OLPC in the Senate: feedback from today’s event

One Laptop per Child made its public debut on Capitol Hill today with its “Fighting Insurgencies with Laptops” event.

Attendees and speakers, including the ambassadors from Afghanistan and Pakistan to the U.S., painted a picture of an eclectic mix of people from starkly different backgrounds and professions who came together to talk about One Laptop per Child as something that could be a clear manifestation of U.S. smart power. As Senator McCain said, there is nothing better suited to connect and educate this generation of children than OLPC. This refrain was echoed by both the Pakistani and Afghanistan Ambassadors.

Senator McCain speaking about OLPC

Senator McCain speaking about OLPC

This year, we are  expanding our vision by asking Congress to make a concerted push into Afghanistan and the tribal areas of western Pakistan, where isolation and a lack of government reach have spawned some brutal violent extremism.

The OLPC proposal: fight a “soft war” in these areas by giving children access to real education and to the world’s body of knowledge, and by connecting these remote areas to the rest of the planet via computer and satellite.  One child. One laptop. One world.

14 thoughts on “OLPC in the Senate: feedback from today’s event

  1. trebenaid, the OLPC does not need electrical sockets or roads or power lines or any of that other junk. It runs on solar or muscle. Wake up sir.

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  3. For those somewhat unfamiliar with OLPC it should be pointed out that they are designed specifically to not require western style infrastructure including electrical power. They can can be recharged using a variety of manual processes.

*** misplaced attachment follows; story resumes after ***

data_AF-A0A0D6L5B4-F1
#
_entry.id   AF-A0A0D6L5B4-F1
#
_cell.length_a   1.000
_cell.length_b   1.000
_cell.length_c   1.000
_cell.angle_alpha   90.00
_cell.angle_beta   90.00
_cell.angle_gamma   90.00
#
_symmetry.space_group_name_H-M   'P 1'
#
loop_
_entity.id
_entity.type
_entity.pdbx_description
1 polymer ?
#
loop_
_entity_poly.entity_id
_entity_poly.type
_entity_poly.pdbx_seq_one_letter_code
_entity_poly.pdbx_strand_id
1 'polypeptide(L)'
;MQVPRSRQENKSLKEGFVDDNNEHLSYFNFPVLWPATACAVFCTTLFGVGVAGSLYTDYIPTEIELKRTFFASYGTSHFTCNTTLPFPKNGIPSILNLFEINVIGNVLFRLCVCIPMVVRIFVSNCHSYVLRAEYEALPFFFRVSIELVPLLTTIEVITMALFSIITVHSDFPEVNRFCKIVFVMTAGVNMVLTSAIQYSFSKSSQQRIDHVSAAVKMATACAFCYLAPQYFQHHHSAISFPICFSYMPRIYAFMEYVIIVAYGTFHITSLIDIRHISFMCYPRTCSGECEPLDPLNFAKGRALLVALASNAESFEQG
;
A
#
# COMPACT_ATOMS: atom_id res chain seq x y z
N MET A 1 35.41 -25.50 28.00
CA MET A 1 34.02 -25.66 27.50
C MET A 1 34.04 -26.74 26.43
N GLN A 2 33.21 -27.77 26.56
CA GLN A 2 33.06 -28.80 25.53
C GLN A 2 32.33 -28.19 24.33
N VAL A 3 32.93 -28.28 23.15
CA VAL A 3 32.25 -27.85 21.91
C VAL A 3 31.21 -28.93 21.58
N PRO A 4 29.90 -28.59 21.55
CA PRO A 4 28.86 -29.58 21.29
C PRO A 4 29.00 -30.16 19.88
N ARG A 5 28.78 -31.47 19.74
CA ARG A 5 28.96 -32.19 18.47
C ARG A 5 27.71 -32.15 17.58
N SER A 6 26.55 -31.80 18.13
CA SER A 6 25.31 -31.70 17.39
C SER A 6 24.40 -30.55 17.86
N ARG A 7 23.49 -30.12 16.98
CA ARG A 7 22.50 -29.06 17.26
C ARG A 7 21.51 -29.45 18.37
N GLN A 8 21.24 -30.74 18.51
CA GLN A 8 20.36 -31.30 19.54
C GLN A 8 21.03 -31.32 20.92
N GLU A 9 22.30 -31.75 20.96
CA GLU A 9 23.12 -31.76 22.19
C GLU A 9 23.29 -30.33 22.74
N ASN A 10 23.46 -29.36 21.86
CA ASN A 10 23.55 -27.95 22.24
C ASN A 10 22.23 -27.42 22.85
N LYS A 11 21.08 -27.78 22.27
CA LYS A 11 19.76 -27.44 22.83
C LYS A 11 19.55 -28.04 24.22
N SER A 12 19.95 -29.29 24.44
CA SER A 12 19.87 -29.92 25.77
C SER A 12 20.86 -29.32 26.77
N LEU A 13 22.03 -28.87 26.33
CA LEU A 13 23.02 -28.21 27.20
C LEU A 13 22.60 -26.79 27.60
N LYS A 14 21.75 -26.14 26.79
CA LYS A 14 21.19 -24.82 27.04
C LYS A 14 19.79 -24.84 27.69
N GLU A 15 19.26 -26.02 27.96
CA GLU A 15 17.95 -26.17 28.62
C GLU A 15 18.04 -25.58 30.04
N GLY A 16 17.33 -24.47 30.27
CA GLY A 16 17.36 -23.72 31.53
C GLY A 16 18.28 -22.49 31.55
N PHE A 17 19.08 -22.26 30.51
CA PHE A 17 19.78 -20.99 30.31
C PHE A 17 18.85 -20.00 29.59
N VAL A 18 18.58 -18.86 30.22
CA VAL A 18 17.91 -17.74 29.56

There is no doubt that there are many areas where development aid is required in Afghanistan. But if you really want to change the way that the people there think about the west and about the Taliban then they do need access to information – all kinds of information from all kinds of different sources and on a daily basis. At the moment they get Taliban sermons and Taliban threats.

    So I think OLPC would be a major positive force in Afghanistan. My only concern would be that the Taliban would destroy the units as fast as they appeared. We would somehow have to provide enough security for the children of Afghanistan to enjoy the benefits that would come with OLPC.

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  5. I have to agree with Joe Average. OLPC sounds courageous and motivated and even compelling until you think about the fact that even our closest neighbors (Mexico) do not necessarily boast of electricity for ALL the masses. I imagine some pretty door stops in rural Afghanistan, and not much more. And REALLY, in a country that HATES all things Western, do you really think that the parents are going to allow the CHILDREN to use these “gifts” from the Western World.
    Yes, it sounds like a noble mission. I just don’t see it “catching on” in these desolate and restrictive places.

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  8. Maybe you could start by bringing “real education” in the few areas of Afghanistan that are actually controlled by the NATO troops. I think it would be far easier than hoping to reach children in the rest of the country: I don’t think that parachuting OLPCs in hostile villages will help that much. Expecially considering that they may lack electric sockets.

    Oh, in order to foster computer education in Afghanistan it may also help to build some roads, health care system, power grids, aqueducts, factories, industrial farms… You know, all the stuff the western world needed before computers.

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